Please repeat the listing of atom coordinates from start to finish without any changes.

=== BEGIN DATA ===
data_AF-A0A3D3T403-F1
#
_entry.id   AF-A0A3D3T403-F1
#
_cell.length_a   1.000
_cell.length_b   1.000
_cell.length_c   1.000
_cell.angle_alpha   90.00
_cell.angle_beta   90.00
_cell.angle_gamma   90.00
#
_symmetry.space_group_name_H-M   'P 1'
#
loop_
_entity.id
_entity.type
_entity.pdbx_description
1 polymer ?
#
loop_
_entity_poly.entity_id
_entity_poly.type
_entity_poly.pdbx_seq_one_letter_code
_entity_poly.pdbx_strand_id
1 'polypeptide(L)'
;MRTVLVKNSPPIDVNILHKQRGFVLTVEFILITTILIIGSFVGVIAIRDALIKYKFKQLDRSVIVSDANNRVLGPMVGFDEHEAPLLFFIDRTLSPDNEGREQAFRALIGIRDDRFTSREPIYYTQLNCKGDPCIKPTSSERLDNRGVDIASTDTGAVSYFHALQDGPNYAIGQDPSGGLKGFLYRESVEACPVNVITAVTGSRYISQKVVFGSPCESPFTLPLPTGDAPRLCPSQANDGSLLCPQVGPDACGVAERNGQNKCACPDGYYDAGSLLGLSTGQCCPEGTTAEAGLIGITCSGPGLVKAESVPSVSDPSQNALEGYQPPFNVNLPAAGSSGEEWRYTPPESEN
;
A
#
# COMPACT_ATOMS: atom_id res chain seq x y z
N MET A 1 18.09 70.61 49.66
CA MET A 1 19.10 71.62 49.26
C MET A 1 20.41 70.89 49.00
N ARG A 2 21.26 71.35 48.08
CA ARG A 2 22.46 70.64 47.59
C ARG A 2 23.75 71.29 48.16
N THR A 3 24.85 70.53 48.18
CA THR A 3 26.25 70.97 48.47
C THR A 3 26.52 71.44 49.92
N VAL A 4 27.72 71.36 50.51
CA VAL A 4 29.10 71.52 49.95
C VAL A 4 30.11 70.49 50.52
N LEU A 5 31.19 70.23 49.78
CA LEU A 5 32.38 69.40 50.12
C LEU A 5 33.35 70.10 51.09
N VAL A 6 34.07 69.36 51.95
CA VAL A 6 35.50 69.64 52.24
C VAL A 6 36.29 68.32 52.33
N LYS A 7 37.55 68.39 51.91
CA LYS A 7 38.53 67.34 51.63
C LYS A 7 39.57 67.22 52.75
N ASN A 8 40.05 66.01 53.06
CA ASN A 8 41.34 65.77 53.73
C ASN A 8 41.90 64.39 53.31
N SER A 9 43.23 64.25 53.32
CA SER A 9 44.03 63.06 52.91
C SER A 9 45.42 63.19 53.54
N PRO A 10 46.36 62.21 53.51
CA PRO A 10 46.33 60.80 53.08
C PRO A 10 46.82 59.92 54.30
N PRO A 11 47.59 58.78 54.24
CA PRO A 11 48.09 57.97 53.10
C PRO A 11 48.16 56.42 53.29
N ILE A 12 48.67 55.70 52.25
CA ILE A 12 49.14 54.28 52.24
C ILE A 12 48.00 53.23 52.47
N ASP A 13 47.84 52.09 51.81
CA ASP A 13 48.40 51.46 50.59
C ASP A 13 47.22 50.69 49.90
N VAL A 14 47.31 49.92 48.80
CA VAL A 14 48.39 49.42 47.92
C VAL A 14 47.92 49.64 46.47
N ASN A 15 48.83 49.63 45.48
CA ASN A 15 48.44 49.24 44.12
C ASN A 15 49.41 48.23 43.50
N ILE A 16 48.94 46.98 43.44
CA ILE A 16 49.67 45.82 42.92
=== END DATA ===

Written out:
data_AF-A0A3D3T403-F1
#
_entry.id   AF-A0A3D3T403-F1
#
_cell.length_a   1.000
_cell.length_b   1.000
_cell.length_c   1.000
_cell.angle_alpha   90.00
_cell.angle_beta   90.00
_cell.angle_gamma   90.00
#
_symmetry.space_group_name_H-M   'P 1'
#
loop_
_entity.id
_entity.type
_entity.pdbx_description
1 polymer ?
#
loop_
_entity_poly.entity_id
_entity_poly.type
_entity_poly.pdbx_seq_one_letter_code
_entity_poly.pdbx_strand_id
1 'polypeptide(L)'
;MRTVLVKNSPPIDVNILHKQRGFVLTVEFILITTILIIGSFVGVIAIRDALIKYKFKQLDRSVIVSDANNRVLGPMVGFDEHEAPLLFFIDRTLSPDNEGREQAFRALIGIRDDRFTSREPIYYTQLNCKGDPCIKPTSSERLDNRGVDIASTDTGAVSYFHALQDGPNYAIGQDPSGGLKGFLYRESVEACPVNVITAVTGSRYISQKVVFGSPCESPFTLPLPTGDAPRLCPSQANDGSLLCPQVGPDACGVAERNGQNKCACPDGYYDAGSLLGLSTGQCCPEGTTAEAGLIGITCSGPGLVKAESVPSVSDPSQNALEGYQPPFNVNLPAAGSSGEEWRYTPPESEN
;
A
#
# COMPACT_ATOMS: atom_id res chain seq x y z
N MET A 1 18.09 70.61 49.66
CA MET A 1 19.10 71.62 49.26
C MET A 1 20.41 70.89 49.00
N ARG A 2 21.26 71.35 48.08
CA ARG A 2 22.46 70.64 47.59
C ARG A 2 23.75 71.29 48.16
N THR A 3 24.85 70.53 48.18
CA THR A 3 26.25 70.97 48.47
C THR A 3 26.52 71.44 49.92
N VAL A 4 27.72 71.36 50.51
CA VAL A 4 29.10 71.52 49.95
C VAL A 4 30.11 70.49 50.52
N LEU A 5 31.19 70.23 49.78
CA LEU A 5 32.38 69.40 50.12
C LEU A 5 33.35 70.10 51.09
N VAL A 6 34.07 69.36 51.95
CA VAL A 6 35.50 69.64 52.24
C VAL A 6 36.29 68.32 52.33
N LYS A 7 37.55 68.39 51.91
CA LYS A 7 38.53 67.34 51.63
C LYS A 7 39.57 67.22 52.75
N ASN A 8 40.05 66.01 53.06
CA ASN A 8 41.34 65.77 53.73
C ASN A 8 41.90 64.39 53.31
N SER A 9 43.23 64.25 53.32
CA SER A 9 44.03 63.06 52.91
C SER A 9 45.42 63.19 53.54
N PRO A 10 46.36 62.21 53.51
CA PRO A 10 46.33 60.80 53.08
C PRO A 10 46.82 59.92 54.30
N PRO A 11 47.59 58.78 54.24
CA PRO A 11 48.09 57.97 53.10
C PRO A 11 48.16 56.42 53.29
N ILE A 12 48.67 55.70 52.25
CA ILE A 12 49.14 54.28 52.24
C ILE A 12 48.00 53.23 52.47
N ASP A 13 47.84 52.09 51.81
CA ASP A 13 48.40 51.46 50.59
C ASP A 13 47.22 50.69 49.90
N VAL A 14 47.31 49.92 48.80
CA VAL A 14 48.39 49.42 47.92
C VAL A 14 47.92 49.64 46.47
N ASN A 15 48.83 49.63 45.48
CA ASN A 15 48.44 49.24 44.12
C ASN A 15 49.41 48.23 43.50
N ILE A 16 48.94 46.98 43.44
CA ILE A 16 49.67 45.82 42.92